Harvard Overachievers Fail to Make Sex Week Sexy

Ever wonder what sort of sexual depravity ensues during Harvard's "Sex Week"? Is there a uterus-themed moon bounce? A ring toss with penises rigged to go flaccid the moment something touches them? Clowns that pull neverending tampons out of their comically oversized pants?

Sadly, at least according to the New York Times, the craziest thing that happened during the student-run week of sex talks was that some people batted a condom balloon back and forth, reminding onlookers that you're never too mature to have a good giggle about latex contraception.

Though "Sex Week" in Cambridge isn't a country fair of genital-themed amusements, it does offer students the opportunity to attend lectures and discussion groups about, as the Times puts it, "all things sexual." All things, that is, except the really dirty stuff, which seems to still cause some discomfort in the puritanical brainstems of many participants. A seminar called "Dirty Talk," for example, proved to be pretty clean, which came as something of a disappointment to freshman attendee Brenda Serpas, who told the Times, "A lot of people just thought it was going to be tips on how to talk dirty, but really it wasn't. It was just like, being consensual and comfortable in expressing yourself with your partner."

Discussions also steered away from the ongoing political debate about contraception and financing for reproductive health, as students were far more interested in talking about popular misconceptions about campus hookups, and the ongoing adventures of Lena Dunham's vagina on the new HBO series Girls. The "Hooking Up on Campus" event presented participants with the paradoxical fact that, at a time when sex seems to pervade pop culture, less Harvard students are having casual sex than their more recent predecessors in the swing 90s. Sex Week, over the course of its evolution from a Yale Hillel event back in 2002 to a multi-campus event across the country, has tried to balance educating participants on a range of topics, from the sobering (rape and STD prevention) to the more diverting (having good orgasms). The thrust of this approach, explained Samantha Meier, one of the Harvard version's organizers, is to create an environment where all manner of sexuality can be discussed frankly. "I think that what our generation is doing," said Meier, "is really trying to address these issues in a way that respects individual experiences and beliefs and identities."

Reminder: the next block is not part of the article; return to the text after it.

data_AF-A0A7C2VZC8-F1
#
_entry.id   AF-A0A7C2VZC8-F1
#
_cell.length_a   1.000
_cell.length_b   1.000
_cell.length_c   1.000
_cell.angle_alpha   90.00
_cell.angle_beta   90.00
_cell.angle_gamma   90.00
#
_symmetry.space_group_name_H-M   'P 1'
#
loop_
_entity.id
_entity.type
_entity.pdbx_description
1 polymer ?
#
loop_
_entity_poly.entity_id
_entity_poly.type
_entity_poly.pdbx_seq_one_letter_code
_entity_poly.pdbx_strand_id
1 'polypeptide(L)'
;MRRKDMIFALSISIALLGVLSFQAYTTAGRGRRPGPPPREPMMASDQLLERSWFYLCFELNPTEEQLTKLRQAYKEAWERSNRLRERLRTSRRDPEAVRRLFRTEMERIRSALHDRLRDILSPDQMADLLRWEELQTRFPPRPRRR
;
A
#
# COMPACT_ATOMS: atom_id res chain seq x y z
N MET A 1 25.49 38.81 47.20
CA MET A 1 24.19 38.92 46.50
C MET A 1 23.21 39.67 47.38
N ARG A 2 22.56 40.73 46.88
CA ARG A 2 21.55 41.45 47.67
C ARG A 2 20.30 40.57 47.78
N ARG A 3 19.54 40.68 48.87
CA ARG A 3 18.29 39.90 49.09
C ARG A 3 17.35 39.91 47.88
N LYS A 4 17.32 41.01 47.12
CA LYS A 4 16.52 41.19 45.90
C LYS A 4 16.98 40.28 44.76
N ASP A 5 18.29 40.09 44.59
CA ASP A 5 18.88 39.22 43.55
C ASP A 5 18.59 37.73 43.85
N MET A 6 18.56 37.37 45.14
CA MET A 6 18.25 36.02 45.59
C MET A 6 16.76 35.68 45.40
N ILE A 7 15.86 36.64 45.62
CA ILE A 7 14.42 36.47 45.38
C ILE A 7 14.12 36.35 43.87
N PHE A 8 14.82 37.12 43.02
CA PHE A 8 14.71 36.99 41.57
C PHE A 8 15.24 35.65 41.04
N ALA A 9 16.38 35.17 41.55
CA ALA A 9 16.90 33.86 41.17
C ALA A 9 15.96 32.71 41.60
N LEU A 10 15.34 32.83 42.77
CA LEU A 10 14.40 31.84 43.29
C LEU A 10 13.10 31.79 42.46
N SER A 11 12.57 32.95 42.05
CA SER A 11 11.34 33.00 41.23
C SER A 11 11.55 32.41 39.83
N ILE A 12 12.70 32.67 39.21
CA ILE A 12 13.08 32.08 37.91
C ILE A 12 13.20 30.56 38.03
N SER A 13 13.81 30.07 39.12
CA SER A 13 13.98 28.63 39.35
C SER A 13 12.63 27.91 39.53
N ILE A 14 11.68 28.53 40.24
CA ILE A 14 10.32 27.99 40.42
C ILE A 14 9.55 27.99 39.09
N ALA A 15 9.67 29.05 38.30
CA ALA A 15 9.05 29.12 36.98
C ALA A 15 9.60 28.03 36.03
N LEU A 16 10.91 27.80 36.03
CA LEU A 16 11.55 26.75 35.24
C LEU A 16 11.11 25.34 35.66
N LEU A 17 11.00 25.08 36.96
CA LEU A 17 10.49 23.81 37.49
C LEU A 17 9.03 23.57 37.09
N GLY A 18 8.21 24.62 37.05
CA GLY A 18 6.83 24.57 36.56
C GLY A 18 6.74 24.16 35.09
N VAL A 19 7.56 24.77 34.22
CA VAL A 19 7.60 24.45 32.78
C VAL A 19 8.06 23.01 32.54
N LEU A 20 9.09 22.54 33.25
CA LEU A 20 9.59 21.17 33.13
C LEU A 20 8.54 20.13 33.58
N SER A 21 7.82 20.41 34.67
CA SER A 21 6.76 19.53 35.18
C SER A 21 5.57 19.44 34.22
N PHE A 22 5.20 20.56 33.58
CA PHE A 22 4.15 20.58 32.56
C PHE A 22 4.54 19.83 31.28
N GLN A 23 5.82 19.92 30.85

Some of the stodgier professors and administrators — at least those who don't participate in Sex Week themselves — don't like the idea of Harvard's ample resources being wasted to, as they see it, "promote" sex on campus. Other critics feel Sex Week has adopted a "pleasure-first" approach and that organized sex talk should be limited exclusively to topics that are so dry that, not only will no one want to attend Sex Week ever again, but no one will want to have sex because it will inevitably kill or impregnate them. Such academic sex discussions, according to Brown's chairwoman of Sex Week Aida Manduley undoubtedly fail to "reflect peoples' personal experiences."

While it's important to discuss the biological and statistical realities that shape our sex culture, something called "Sex Week" ought to really emphasize the key characteristic that entices people to have consensual sex in the modern world: fun. Criticizing Sex Week for being too pleasure-oriented would be like criticizing a car expo for having too many flashy concept vehicles — the whole reason people, especially young people, have sex is because it's pleasurable. If anything, campus sex weeks should be as explicit as possible because the more comfortable young people are having truly frank discussions about the whims of their reproductive organs, — discussions that don't suddenly turn modest when they revolve around dirty talk — the more likely they are to grow up into the sorts of old swingers that flaunt their wrinkled bodies confidently on HBO's Real Sex. And, for all the weird shit those people can be into, you've got to admit that they all seem really happy.

On Campus, Opening Up Conversations About Sex [NY Times]